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Eye Opener: Paying to put men back on the Moon

By Ed O'Keefe

Some lawmakers really want President Obama to fund trips back to the Moon -- and beyond.

Eye Opener

Happy Tuesday! On a day when President Obama spent some time discussing the importance of math and science education, a bipartisan group of lawmakers urged him on Monday to adopt the recent recommendations of a blue-ribbon panel that studied the future of NASA. The nation's economy and national security depends on future human space flight, according to the lawmakers.

The NASA House Action Team, co-chaired by Reps. Suzanne Kosmas (D-Fla.) and Ken Calvert (R-Calif.), most especially want Obama to give NASA a $3 billion annual budget increase, as recommended by the so-called Augustine panel. Obama established the group earlier this year to study the future of Space exploration.

"Congress will continue to fight to maintain America's leadership in space exploration in order to inspire this and future generations to imagine, innovate, and create new science and technology for the 21st century and beyond," Kosmas said in a statement.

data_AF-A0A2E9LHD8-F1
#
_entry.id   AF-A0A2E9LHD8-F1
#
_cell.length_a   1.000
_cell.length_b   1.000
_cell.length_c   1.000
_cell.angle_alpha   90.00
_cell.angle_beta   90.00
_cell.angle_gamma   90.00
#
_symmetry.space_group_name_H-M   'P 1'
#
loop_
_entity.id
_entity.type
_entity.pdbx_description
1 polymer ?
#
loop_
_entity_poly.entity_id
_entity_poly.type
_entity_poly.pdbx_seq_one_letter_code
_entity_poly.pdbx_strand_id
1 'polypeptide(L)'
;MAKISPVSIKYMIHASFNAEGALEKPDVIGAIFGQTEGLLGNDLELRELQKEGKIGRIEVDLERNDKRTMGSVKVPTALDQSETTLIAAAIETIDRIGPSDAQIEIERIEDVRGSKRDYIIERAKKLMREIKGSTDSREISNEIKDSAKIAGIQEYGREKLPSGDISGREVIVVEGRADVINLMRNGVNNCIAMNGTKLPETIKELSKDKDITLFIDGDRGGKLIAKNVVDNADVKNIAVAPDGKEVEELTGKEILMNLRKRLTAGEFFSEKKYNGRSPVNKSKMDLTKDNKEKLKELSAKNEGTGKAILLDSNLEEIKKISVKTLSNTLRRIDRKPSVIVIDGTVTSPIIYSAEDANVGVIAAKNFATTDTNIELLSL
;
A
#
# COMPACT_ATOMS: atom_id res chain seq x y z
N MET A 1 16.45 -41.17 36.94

The Post's Joel Achenbach recently wrote that the whither-NASA issue was supposed to have been decided already:

Under a new NASA administrator [during the Bush administration], the agency put together the Constellation program, which called for two new rockets, a new crew capsule, a lunar lander and a lunar habitat. Crew and cargo would no longer ride to orbit together in a huge space truck such as the shuttle. Instead, NASA would return to an Apollo-style architecture, with astronauts in a capsule on top of a rocket.

But considering the nation's economic climate and priorities, the plan is a bit too ambitious for some, and President Obama hasn't spoken publicly about NASA in quite awhile. Hence the lawmaker's outreach:

"If we allow a gap in human space flight our nation will have lost valuable skills that will be costly and difficult to replace," their letter said. "In addition, we also will have given up on our hard-won space preeminence over other nations, including Russia and China, who will surely step in to fill the void."

It should come as no surprise that the House NASA coalition's members come from states (Alabama, California, Florida, Maryland, Ohio and Texas) that house most NASA facilities and factories owned and operated by major Space or defense industry companies. But many would argue they have a valid point: NASA has served as one of the government's leading innovators and as a source of national pride. The Chinese, Russians and others could very well surpass American Space capabilities in the near future. Plus, if you want to discuss the benefits of a math and science education, look no further than NASA, which uses both all day long.